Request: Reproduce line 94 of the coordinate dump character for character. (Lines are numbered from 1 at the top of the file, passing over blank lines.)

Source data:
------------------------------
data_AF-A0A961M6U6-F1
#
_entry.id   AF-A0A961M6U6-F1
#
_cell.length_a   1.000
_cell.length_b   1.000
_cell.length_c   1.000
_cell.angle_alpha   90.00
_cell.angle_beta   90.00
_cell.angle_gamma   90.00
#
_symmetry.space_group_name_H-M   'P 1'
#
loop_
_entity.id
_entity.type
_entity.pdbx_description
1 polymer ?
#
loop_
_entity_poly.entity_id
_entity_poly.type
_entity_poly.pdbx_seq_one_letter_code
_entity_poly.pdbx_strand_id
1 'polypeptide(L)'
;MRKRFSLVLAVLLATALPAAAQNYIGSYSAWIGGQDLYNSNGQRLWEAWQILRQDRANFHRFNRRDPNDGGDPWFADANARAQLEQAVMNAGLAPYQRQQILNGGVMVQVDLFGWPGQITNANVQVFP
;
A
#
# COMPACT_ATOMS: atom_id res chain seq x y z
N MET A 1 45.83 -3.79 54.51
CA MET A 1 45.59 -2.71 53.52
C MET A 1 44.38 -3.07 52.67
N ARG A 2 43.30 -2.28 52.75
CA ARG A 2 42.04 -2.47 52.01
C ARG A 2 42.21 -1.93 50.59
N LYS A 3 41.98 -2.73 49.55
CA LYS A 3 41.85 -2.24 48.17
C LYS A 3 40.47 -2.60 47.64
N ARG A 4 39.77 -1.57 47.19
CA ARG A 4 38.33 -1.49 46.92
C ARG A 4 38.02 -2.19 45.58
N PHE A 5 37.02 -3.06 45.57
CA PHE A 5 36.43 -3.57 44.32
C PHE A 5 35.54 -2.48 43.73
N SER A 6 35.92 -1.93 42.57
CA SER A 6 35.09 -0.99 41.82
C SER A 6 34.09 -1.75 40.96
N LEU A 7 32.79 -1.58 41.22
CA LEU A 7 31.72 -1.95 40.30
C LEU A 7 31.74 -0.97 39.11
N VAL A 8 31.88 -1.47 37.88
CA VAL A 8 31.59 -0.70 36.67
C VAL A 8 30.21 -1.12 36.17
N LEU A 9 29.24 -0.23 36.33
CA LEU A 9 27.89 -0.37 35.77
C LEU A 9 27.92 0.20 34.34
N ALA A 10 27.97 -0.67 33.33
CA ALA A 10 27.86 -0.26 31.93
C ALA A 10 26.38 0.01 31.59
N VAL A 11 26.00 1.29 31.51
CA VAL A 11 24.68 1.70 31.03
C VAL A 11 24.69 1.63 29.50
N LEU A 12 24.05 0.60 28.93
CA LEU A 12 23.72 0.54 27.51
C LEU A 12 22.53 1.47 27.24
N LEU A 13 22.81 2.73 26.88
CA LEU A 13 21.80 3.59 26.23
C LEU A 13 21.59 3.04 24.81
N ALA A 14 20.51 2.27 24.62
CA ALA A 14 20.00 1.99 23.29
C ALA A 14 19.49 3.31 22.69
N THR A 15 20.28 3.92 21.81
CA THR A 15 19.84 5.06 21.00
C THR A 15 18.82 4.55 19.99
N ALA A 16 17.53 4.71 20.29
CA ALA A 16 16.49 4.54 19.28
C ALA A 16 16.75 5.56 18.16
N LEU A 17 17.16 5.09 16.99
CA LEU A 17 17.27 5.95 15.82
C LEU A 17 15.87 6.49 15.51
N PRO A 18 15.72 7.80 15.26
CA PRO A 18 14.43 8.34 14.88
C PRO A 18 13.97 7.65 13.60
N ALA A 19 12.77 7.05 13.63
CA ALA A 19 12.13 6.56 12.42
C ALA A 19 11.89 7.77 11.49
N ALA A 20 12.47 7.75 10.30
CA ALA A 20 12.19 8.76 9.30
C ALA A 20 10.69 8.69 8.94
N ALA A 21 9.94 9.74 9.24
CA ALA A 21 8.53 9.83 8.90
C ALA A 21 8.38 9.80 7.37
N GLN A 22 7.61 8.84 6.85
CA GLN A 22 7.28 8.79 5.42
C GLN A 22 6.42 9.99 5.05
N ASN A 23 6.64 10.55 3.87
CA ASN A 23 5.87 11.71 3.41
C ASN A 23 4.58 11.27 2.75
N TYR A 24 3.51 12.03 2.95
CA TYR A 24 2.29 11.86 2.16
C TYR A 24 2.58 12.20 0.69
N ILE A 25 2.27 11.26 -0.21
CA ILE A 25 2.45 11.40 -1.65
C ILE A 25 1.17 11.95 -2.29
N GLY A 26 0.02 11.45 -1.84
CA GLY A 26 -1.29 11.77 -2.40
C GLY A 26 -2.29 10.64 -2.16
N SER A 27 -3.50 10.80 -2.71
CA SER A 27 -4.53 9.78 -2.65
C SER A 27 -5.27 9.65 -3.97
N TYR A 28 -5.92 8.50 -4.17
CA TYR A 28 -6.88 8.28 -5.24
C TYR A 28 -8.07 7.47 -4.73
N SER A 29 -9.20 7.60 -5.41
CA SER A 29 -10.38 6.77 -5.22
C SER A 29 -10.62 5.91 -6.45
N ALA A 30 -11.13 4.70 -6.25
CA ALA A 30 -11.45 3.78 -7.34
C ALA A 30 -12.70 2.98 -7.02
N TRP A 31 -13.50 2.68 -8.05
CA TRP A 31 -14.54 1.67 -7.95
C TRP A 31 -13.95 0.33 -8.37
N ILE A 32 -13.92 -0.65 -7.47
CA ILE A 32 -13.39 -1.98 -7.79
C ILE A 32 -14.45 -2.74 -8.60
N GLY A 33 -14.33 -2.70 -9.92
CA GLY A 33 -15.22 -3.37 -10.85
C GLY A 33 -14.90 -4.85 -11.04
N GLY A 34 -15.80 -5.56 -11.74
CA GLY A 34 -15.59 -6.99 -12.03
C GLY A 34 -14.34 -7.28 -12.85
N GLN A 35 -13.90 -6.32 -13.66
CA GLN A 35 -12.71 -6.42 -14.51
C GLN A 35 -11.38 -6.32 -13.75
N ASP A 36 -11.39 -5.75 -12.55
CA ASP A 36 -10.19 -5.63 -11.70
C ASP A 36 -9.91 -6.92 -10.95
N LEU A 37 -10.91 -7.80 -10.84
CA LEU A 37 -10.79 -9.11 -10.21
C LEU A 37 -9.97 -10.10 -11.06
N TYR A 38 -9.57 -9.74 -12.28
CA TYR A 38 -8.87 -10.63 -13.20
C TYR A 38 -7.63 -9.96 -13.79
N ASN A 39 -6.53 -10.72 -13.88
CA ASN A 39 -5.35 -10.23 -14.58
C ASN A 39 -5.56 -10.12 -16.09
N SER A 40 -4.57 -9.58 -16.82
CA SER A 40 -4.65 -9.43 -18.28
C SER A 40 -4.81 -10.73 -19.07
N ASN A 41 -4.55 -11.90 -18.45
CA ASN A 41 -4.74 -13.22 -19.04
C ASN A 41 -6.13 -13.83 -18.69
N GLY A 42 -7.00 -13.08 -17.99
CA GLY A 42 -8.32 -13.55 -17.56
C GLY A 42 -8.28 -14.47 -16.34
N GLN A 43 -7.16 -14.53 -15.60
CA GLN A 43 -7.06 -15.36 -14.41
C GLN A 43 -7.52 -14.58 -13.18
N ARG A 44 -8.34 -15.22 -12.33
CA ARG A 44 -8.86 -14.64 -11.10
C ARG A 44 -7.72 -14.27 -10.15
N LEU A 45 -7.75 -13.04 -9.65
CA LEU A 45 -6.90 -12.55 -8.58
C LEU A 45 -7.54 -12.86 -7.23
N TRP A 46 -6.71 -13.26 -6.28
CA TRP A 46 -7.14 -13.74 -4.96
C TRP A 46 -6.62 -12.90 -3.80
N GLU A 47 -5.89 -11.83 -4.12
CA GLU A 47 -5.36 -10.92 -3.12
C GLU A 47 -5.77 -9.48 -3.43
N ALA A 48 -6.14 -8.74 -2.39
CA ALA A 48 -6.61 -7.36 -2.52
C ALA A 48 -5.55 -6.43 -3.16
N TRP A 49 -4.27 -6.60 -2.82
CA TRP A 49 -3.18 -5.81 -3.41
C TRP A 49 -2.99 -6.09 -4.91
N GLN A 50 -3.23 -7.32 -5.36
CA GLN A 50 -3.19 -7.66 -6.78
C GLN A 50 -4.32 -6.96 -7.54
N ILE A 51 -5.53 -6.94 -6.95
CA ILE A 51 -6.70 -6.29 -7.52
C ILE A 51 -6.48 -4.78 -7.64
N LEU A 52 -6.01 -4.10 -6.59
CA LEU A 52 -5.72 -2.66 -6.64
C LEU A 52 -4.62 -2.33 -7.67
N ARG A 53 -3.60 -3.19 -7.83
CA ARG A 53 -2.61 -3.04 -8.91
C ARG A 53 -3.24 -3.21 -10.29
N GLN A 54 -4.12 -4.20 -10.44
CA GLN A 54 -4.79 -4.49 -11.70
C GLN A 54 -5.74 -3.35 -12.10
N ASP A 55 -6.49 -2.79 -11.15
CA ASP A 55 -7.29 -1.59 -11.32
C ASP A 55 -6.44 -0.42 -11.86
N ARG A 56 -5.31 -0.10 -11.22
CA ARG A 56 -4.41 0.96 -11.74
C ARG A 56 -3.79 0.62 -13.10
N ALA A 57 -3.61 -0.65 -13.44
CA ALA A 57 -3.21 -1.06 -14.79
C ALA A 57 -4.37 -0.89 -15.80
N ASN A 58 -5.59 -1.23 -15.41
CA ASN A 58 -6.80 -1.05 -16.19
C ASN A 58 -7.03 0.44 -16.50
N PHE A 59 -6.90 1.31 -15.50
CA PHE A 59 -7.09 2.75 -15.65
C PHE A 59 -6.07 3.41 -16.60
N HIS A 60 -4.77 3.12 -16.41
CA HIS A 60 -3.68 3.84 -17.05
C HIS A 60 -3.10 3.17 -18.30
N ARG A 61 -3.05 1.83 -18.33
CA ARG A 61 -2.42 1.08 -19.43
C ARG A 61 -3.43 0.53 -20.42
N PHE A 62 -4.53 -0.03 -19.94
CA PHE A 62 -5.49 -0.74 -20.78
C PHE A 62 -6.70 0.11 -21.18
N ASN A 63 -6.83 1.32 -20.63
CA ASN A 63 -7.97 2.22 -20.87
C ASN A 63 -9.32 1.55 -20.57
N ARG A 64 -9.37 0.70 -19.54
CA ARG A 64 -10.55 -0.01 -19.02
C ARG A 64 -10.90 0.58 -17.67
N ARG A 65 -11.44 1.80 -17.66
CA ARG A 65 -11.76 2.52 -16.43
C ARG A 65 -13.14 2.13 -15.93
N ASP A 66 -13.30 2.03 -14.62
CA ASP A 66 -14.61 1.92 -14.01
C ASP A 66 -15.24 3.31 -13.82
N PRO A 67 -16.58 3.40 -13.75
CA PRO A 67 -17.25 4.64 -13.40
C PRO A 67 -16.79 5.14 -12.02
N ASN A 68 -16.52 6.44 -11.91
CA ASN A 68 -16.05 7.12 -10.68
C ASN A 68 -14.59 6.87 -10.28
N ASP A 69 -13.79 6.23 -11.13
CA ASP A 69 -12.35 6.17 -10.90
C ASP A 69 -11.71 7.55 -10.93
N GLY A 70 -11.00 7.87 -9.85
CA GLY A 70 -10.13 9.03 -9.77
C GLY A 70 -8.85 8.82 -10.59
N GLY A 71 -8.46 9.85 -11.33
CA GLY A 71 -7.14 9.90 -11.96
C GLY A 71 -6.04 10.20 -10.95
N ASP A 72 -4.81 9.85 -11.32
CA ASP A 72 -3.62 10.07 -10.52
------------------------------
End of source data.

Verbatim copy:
N GLN A 22 7.61 8.84 6.85